Lately I’ve had a lot of people asking me about Twitter, the popular microblogging platform. Usually the conversation centers around “How do I do it right.” In actuality, doing Twitter “right” is a lot like good sex; it’s about connecting with someone in a way that’s mutually satisfying.
As with sex, there is no one formula that works for everyone the same way. But there are some basic principles that will help save you time and grief during and get past that awkward Twitter virgin stage.
It’s the Journey, Not the Destination
Why you want to Tweet? What do you hope to gain from it? Building your business or personal brand? Build relationships with existing or new clients? Provide customer service or support? Make new friends? Learn something? Just as there are a million ways to use Twitter, there are as many reasons to do so. Regardless of your reason, you need to begin by thinking about that reason. Once you know what your goals are, tweet them!
Friend or Foe? Identify Yourself!
Now that you’ve sent your first tweet off, it’s time to take a look at your profile. Does it reflect who you are and what you are all about? Your goals should be pretty clear to anyone who visits your profile. Upload a photo of yourself. People like to interact with other, real people, not a logo. Add a little bio that says something about who you are and why you’re here. This alone will set you apart from the spam and drek.
Keeping in mind your goals for Twitter, search for and follow people who can support your objectives. You can do this by searching for keywords that relate to your reason for being there. For example, if you’re there to share hiking tips and meet other hikers, you might search Twitter for “hiking” or “outdoors” and even include cities, parks or popular hiking areas around you. This will show you people who are tweeting on the subjects that interest you. Follow the ones that look interesting (check their profile first). Sometimes they will also have lists that match your interests. Lists can be a goldmine of great Twitter-ers that someone has already gone through the trouble of finding for you!
You should go through this exercise periodically, growing your list and pruning the people who you decide really aren’t interesting to you.
As you follow people, you’ll find that many of them will automatically follow you back. This is called reciprocation. It’s not a requirement, so don’t feel compelled to “follow-back” everyone who follows you. Instead, choose the people that you really would like to learn from or connect with and who can support your goals.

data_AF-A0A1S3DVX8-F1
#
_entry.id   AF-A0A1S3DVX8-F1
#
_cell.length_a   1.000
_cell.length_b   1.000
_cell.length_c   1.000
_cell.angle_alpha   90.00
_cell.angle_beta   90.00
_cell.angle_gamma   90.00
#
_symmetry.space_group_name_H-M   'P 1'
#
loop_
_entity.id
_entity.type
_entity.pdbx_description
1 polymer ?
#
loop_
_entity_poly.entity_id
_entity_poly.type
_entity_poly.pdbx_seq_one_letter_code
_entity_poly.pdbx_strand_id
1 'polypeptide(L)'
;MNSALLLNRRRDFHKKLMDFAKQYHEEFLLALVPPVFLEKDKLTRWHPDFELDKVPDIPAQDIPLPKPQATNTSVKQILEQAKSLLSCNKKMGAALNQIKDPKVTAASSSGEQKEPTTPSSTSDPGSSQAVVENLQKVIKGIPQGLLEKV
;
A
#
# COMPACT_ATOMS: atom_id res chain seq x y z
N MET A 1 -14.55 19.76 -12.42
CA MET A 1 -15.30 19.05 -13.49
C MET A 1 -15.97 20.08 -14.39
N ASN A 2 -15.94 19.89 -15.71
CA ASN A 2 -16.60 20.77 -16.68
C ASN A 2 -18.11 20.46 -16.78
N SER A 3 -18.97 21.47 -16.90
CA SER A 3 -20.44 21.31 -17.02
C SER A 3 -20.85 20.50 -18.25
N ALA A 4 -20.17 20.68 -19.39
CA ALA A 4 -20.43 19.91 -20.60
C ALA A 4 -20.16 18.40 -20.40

It’s useful when starting out to look for and follow the “connectors” — the people who have a lot of followers and seem to be doing it “right.” Over time, make a note of how they tweet, the kinds of things they tweet or retweet, and how they use hashtags and mentions. You can learn a lot from observation.
What the heck is a hashtag and how do you use it? Well, it’s simply a key word prefixed with the pound or “hash” symbol. Hash tags only work on a single, contiguous string of text, so sometimes you’ll see people string words together as a “single” hashtag, #likethis. In general, hashtags can be either something useful for you or your circle of contacts, or sometimes they trend — becoming a popular meme that people use to show how clever they can be. Read more about hashtags on Twitter.com.
A mention is a way of replying or referring to another Twitter user. To do this, you simply type their Twitter username with the “@” symbol in front of it. My Twitter name is jeffhester, so to mention me, you would type @jeffhester anywhere in your Tweet. This is a powerful way to get people’s attention, but don’t abuse it. People like to be mentioned, and you can see who has mentioned you on your Twitter page. Be kind and thank people who mention you! Read more about mentions on Twitter.com.
Quantity vs. Quality
Some people advocate tweeting frequently. Scott Stratton (@unmarketing) decided to really give Twitter a shot and tweeted over 7,000x in a month. His follower count grew exponentially. But the thing to keep in mind with both tweet and follower count is that it’s really not about the numbers. Sure, consistency is a good thing, and having a lot of followers can feel good, but when it comes right down to it it’s about connecting with people and having conversations.
In this respect, having more followers can make this even more difficult. So start small. Pick a few people that you follow and whom follow you and create a Twitter list. This will help you reduce the noise and pay closer attention to those connections that are really important to you.
Then begin the conversation! Share things that are interesting or useful. Have a goal to share three things each day that are really awesome — really worth sharing. If it really is awesome, soon people will start sharing — retweeting — your tweets. Congratulations, you are on your way to becoming a Twitter Power User!
There’s a heck of a lot more to cover, but this is a good start. I’ll post more tips next week. Until then, be sure to also check the excellent Twitter Help Center.
If you’ve got a question about using Twitter more effectively, I’d love to hear from you. Leave a comment below and I’ll respond.